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Longshore Workers honor Anti-War Picket

Longshore Workers Honor Picket Line, Shut Down War Cargo Shipper in Oakland

Antiwar pickets shut down terminal of war cargo shipper in port of Oakland, California May 19.
(Photos: Barucha Calamity Peller)

Yesterday, May 19, in Oakland, California dock workers of the International Longshore and Warehouse Union (ILWU) Local 10 refused to cross picket lines outside a notorious war cargo shipping firm, Stevedoring Services of America (SSA), leaving three ships idle for consecutive shifts. The picket was also called against American President Lines (APL), which along with SSA handles war materiel from the Concord Naval Weapons Station.

When scores of picketers blocked the gates at the SSA terminal beginning at 7 a.m., the company eventually gave up and called off the shift. In the evening, an arbitrator ruled that this was not a bona fide “health and safety issue” and ordered the workers to go to work. However, the dock workers collectively refused. One longshoreman insisted that there was indeed a safety issue because of the heavy police presence, and everyone there remembered how on 7 April 2003, shortly after the U.S. invasion of Iraq began, police shot pointblank at protesters and longshoremen at the same docks, injuring six ILWU members.

Yesterday’s picket line was called by a “popular front” coalition of antiwar groups, the Port Action Committee, rather than a labor group. PAC includes the Oakland Green Party and the United for Peace and Justice (UFPJ). In addition, Oakland’s Democratic mayor Ron Dellums sent a sympathetic letter to the PAC. But the Oakland Education Association, which is part of the Action Committee, declared it was holding an official union picket (not a bogus “informational picket line”). Union picket signs declared “OEA Says Honor the Picket Lines.” And ILWU longshoremen did.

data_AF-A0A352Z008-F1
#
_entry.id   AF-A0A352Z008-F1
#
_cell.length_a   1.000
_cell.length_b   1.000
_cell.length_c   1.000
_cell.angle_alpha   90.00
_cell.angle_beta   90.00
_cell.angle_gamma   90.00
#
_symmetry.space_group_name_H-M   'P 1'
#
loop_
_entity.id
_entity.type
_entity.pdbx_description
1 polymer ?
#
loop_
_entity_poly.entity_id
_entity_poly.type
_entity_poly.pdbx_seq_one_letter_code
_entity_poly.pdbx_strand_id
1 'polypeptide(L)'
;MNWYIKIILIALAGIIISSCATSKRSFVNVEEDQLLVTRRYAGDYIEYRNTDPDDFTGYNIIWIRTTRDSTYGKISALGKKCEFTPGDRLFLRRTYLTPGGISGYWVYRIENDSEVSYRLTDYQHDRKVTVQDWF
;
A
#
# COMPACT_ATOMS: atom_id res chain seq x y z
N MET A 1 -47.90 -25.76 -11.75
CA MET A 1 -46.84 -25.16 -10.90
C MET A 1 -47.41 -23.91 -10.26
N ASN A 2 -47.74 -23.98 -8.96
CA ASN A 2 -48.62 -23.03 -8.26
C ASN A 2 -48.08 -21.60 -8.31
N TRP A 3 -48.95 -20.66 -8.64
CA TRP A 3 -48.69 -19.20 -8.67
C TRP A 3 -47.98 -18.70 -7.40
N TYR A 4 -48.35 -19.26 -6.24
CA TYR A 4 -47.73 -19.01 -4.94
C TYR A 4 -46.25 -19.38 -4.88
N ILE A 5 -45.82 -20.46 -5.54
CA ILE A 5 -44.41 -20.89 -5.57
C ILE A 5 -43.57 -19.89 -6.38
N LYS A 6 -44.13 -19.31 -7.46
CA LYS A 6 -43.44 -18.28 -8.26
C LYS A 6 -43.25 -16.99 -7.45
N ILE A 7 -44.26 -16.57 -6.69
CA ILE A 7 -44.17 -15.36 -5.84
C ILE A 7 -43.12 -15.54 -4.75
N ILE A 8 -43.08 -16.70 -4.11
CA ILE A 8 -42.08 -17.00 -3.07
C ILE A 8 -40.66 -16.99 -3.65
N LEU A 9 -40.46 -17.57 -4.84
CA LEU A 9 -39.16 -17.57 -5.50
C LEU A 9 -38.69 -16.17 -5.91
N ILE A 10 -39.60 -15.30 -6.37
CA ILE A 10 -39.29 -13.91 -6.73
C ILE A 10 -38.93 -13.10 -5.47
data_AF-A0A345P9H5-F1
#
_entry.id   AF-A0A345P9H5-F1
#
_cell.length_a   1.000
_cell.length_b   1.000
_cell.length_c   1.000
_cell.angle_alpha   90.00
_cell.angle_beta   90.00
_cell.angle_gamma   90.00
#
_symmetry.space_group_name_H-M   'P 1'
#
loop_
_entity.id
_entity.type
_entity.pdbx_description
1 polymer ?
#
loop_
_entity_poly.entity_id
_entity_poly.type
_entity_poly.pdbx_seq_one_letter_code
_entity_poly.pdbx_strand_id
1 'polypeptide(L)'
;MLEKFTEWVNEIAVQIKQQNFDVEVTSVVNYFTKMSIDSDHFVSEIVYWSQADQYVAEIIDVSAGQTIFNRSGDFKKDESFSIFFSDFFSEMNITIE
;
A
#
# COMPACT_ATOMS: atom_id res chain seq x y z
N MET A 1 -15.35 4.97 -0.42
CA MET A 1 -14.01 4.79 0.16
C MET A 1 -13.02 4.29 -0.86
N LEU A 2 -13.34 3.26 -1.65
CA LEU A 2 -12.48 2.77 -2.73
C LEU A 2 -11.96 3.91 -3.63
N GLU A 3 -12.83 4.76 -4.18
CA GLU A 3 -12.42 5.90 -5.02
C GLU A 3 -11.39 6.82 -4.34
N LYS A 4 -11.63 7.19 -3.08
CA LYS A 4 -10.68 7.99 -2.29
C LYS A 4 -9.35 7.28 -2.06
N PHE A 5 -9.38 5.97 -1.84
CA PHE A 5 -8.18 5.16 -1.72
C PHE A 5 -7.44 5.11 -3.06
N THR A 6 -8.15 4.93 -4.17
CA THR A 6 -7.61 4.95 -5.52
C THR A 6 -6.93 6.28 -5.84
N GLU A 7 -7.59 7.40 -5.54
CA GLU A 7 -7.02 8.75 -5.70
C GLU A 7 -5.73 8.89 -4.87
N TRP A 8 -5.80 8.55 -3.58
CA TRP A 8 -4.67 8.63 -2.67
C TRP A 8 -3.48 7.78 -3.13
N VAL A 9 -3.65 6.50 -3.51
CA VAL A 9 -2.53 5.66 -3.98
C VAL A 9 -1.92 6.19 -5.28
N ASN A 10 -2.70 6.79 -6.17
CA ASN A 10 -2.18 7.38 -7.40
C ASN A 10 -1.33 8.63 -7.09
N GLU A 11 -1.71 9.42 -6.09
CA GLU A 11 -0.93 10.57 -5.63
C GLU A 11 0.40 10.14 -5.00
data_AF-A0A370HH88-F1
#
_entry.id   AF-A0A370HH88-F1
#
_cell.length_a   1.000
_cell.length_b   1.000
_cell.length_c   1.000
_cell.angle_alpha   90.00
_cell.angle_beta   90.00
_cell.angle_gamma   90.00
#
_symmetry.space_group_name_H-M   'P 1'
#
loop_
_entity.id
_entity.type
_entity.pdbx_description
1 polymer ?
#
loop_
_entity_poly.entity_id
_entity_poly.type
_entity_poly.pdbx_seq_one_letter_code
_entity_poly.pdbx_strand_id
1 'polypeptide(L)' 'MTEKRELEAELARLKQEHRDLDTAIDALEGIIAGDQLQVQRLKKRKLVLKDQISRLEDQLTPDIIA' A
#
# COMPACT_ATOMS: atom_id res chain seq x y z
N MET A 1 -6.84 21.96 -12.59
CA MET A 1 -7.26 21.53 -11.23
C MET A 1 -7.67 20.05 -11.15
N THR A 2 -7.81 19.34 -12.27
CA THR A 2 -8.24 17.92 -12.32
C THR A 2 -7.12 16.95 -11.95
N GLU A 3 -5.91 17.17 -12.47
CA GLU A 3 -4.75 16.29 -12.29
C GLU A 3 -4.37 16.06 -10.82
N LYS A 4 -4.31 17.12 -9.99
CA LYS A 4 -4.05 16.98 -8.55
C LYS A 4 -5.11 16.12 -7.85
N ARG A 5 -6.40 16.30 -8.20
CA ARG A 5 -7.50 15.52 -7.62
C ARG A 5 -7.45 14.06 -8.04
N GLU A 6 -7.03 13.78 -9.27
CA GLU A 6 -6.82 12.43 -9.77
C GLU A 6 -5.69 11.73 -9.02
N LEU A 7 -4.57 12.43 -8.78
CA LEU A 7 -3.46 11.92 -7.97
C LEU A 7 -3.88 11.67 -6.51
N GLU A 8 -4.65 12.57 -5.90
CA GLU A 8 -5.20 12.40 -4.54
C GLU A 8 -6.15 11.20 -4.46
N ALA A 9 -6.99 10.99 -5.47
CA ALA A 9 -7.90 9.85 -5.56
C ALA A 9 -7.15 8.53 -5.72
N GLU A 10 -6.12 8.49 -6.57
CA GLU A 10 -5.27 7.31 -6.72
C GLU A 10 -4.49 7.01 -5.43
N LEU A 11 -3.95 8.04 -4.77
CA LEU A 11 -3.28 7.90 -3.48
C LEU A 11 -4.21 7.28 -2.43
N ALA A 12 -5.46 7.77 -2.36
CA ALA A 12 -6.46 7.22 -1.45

The ILWU has officially opposed the war and occupation of Iraq from the outset, as have most Bay Area labor bodies. But paper resolutions have not translated into union action. In May 2006, Local 10 passed a resolution, “Strike Against the War, No Peace, No Work,” calling on unions and working people nationally to “mobilize for a strike action” of 24 hours “to demand an immediate end to the war and occupation in Iraq and Afghanistan and the withdrawal of U.S. troops from the Middle East.” But the resolution was buried in committee at the union’s annual longshore caucus.

Longshoremen emphasized the union’s opposition to the war. Local 10 executive board member Jack Heyman was quoted on Oakland’s KTVU (Channel 2) news saying, “I think the message is loud and clear… If longshoremen at the Port of Oakland can honor picket lines against the war in Iraq, then they can do that in other ports. And this will be the beginning of the end of the war.” At the onset of the U.S.-led invasion of Iraq, British railway engineers refused to move weapons trains, and Italian rail unions joined with antiwar protesters in seeking to stop shipments of military equipment to Iraq.

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